Humour is a perfect weapon against ideological suppression, but it can also generate new ones. How to make fun of something in a way that is at once politically radical and entertaining, as well as warm and magnanimous? If anyone can handle this difficult art, without falling into either the politically correct or incorrect side, it is Roxy Farhat. Few artists manage to treat such severe and grave subjects in a manner so liberatingly non-moralist and aesthetically seducing.
In her slippery, non-frontal critique of both fallocratic and racist cultures of objectification, she often combines visual strategies from pedagogical instruction videos as well as from the world of film, advertising and music. In the video work Middle Class Paradise (2010), she parodied both the gangster paradise of Coolio and the Swedish art school system, by letting Magnus Bärtås, noted professor of Konstfack, take on the teacher role of Michel Pfeiffer, while Farhat herself and the other students portrayed the school’s privileged middle class.
And with what ease does she not slide out of the academic straightjackets of the post-colonial discourse when she makes fun of cultural and sexual stereotypes as Iranian femme-fatale singers in I’m a girl from Iran (2008), servile hotel maids who celebrate their own submission in HOUSEKEEPING (2009), or burka-dressed female decency police acting like nothing less than MTV Mamachitas in The Decency Squad (2009)? ”I’m not your bitch. I don’t cook. Make me a sandwich,” she and her female peers declare in United Color Of Bitchaton – Not Your Bitch (2014), while racing through an eerie Aladdin-landscape filled with dolphins, poodles, manga figures, flames, American dollar bills, flying meat axes, men lying in pools of blood, and men getting spanked on their butts. Even the flying carpet has been changed for a man. Laughter has been a feminist tradition ever since woman understood that the best way of bringing a man down, is to laugh at him.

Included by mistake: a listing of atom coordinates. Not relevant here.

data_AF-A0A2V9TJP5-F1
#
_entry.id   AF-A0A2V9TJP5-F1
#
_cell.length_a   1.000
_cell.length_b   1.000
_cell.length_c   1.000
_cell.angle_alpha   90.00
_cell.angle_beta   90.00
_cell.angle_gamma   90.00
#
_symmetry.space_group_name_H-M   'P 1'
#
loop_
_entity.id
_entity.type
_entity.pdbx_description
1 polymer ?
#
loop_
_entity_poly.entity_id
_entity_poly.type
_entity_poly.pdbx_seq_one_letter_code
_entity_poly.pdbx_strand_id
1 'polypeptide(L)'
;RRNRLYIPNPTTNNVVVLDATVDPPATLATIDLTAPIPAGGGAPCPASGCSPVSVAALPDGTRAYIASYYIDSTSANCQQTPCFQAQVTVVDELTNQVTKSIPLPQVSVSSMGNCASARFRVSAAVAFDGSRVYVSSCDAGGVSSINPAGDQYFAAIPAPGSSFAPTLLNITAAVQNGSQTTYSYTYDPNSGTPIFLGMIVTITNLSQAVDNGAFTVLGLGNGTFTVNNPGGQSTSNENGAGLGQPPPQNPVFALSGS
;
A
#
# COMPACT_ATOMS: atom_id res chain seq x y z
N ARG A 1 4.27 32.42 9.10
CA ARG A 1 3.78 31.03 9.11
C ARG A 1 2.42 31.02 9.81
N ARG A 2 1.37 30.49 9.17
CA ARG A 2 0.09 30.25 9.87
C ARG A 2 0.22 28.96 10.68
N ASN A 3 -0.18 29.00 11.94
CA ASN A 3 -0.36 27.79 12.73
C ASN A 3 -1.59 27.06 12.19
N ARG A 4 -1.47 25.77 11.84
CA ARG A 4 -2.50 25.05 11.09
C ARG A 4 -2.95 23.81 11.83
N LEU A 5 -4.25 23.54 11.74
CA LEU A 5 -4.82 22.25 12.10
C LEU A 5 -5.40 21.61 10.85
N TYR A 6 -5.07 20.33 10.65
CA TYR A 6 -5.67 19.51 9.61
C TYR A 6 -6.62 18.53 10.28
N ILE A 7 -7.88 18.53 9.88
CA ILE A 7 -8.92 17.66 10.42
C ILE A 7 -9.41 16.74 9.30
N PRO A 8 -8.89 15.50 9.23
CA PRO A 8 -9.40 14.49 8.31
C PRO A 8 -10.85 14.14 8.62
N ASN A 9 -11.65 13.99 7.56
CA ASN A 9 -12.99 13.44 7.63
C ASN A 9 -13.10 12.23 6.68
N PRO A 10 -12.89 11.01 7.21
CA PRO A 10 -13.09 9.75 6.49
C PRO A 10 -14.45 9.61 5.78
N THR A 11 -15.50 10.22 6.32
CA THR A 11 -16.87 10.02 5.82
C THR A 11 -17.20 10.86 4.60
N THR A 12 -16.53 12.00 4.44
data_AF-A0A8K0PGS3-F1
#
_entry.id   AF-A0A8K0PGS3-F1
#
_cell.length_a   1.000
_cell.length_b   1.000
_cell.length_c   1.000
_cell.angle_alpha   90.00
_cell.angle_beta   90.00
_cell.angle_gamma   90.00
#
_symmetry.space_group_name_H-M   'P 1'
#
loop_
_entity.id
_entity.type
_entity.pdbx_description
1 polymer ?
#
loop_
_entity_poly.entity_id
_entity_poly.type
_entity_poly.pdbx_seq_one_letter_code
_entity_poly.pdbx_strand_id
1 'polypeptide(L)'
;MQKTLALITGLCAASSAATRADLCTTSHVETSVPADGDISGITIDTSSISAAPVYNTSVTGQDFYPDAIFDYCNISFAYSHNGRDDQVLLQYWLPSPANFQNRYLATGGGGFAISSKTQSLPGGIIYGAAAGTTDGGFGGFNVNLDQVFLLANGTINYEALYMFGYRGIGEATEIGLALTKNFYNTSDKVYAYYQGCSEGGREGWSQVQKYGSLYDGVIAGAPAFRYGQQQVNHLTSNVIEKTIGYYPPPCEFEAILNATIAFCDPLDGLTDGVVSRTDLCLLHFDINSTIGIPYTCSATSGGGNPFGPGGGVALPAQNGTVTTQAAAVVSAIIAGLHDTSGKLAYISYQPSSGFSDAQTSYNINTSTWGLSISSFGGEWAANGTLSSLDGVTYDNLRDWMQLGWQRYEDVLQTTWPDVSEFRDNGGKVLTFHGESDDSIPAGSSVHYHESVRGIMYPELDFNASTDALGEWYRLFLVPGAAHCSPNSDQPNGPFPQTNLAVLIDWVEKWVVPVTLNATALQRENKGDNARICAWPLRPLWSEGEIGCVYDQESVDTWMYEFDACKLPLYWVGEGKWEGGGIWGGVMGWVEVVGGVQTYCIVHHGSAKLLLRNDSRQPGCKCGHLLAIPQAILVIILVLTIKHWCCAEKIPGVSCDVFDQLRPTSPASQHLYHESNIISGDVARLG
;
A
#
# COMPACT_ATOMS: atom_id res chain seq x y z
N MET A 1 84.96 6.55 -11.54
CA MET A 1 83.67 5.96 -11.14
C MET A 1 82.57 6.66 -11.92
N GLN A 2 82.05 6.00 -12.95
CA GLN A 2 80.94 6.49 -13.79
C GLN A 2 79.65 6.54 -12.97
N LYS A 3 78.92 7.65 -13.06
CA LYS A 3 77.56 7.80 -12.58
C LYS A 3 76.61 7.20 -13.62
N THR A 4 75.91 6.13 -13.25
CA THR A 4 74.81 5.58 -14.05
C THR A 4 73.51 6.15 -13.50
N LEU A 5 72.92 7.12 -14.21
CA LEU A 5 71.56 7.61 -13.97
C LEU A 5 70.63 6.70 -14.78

But the parodic feminism of Farhat is not only mocking patriarchy, but also feminism as such, in a spirit that seems to carry the torch on from the high-conceptualist institutional critique of Andrea Fraser as well as the non-didactical para-feminism of Amelia Jones’ and Roxane Gay’s liberating Bad Feminism. In Bitchaton, it is the women who are being castrated. Their cut-off, singing heads suddenly turn up in a woman’s hairy armpits. The medusas’ heads are rolling in the university corridors, wrote Hélène Cixous in The Laugh of the Medusa in the seventies to announce a new era. They no longer emerged as a reaction to something. They were no longer negating death masks or symbols of the castration complexes of men, but a sign of the liberation of women. The new medusas were beautiful, they gave life, and they laughed, with a transformative, healing laughter. What is the result of combining these three elements into one? Beauty, life and laughter? La femme vitale. A positive sex symbol. And that is precisely what Farhat delivers to us in her carnevalesque tribute to the incessant morphings of both gender and culture. In the work How was your morning? (2018), she takes laughter to a whole new absurdist level, where the kitsch is sublimated and the narratives are emptied of their meaning, to the benefit of empty, prerecorded laughters.
Farhat’s art also entails darker, more melancholic dimensions, with video works reflecting over her parents flight from Iran (What are your intentions here? 2011), or activist films on how one as a youth today may begin to take responsibility for the society we live in (HUR 2017). When all comes around, there are only two types of artists. Those who are happy with just interpreting the world, and those who attempt to change it. Farhat definitely belongs to the latter.
– Sinziana Ravini, art critic and editor in chief of Paletten Art Journal
translated by Benjamin Wagner